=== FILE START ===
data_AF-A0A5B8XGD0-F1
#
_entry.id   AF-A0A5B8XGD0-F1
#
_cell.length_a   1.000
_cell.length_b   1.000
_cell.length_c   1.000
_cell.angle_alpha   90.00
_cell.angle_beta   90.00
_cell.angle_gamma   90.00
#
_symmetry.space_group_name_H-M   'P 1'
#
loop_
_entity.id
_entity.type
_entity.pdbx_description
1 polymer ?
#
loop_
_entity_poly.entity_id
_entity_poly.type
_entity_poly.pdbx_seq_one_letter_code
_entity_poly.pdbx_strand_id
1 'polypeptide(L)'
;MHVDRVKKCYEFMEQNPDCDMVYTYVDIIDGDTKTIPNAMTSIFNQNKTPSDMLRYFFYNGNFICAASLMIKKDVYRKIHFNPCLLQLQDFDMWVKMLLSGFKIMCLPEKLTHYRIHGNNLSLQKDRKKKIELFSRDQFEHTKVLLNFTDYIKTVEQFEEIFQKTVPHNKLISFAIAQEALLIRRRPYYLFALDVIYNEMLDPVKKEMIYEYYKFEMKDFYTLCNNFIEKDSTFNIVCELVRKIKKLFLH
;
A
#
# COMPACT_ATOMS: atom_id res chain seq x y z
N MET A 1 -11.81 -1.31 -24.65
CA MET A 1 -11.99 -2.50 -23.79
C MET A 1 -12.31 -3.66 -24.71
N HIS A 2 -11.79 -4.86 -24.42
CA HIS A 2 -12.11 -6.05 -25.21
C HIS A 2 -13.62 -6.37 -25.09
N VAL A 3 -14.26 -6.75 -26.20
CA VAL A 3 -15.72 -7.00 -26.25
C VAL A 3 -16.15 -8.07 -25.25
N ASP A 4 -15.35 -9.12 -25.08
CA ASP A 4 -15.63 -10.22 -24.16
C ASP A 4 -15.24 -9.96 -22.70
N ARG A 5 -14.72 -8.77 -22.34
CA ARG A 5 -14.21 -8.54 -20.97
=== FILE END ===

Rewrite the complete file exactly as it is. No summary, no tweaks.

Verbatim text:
data_AF-A0A5B8XGD0-F1
#
_entry.id   AF-A0A5B8XGD0-F1
#
_cell.length_a   1.000
_cell.length_b   1.000
_cell.length_c   1.000
_cell.angle_alpha   90.00
_cell.angle_beta   90.00
_cell.angle_gamma   90.00
#
_symmetry.space_group_name_H-M   'P 1'
#
loop_
_entity.id
_entity.type
_entity.pdbx_description
1 polymer ?
#
loop_
_entity_poly.entity_id
_entity_poly.type
_entity_poly.pdbx_seq_one_letter_code
_entity_poly.pdbx_strand_id
1 'polypeptide(L)'
;MHVDRVKKCYEFMEQNPDCDMVYTYVDIIDGDTKTIPNAMTSIFNQNKTPSDMLRYFFYNGNFICAASLMIKKDVYRKIHFNPCLLQLQDFDMWVKMLLSGFKIMCLPEKLTHYRIHGNNLSLQKDRKKKIELFSRDQFEHTKVLLNFTDYIKTVEQFEEIFQKTVPHNKLISFAIAQEALLIRRRPYYLFALDVIYNEMLDPVKKEMIYEYYKFEMKDFYTLCNNFIEKDSTFNIVCELVRKIKKLFLH
;
A
#
# COMPACT_ATOMS: atom_id res chain seq x y z
N MET A 1 -11.81 -1.31 -24.65
CA MET A 1 -11.99 -2.50 -23.79
C MET A 1 -12.31 -3.66 -24.71
N HIS A 2 -11.79 -4.86 -24.42
CA HIS A 2 -12.11 -6.05 -25.21
C HIS A 2 -13.62 -6.37 -25.09
N VAL A 3 -14.26 -6.75 -26.20
CA VAL A 3 -15.72 -7.00 -26.25
C VAL A 3 -16.15 -8.07 -25.25
N ASP A 4 -15.35 -9.12 -25.08
CA ASP A 4 -15.63 -10.22 -24.16
C ASP A 4 -15.24 -9.96 -22.70
N ARG A 5 -14.72 -8.77 -22.34
CA ARG A 5 -14.21 -8.54 -20.97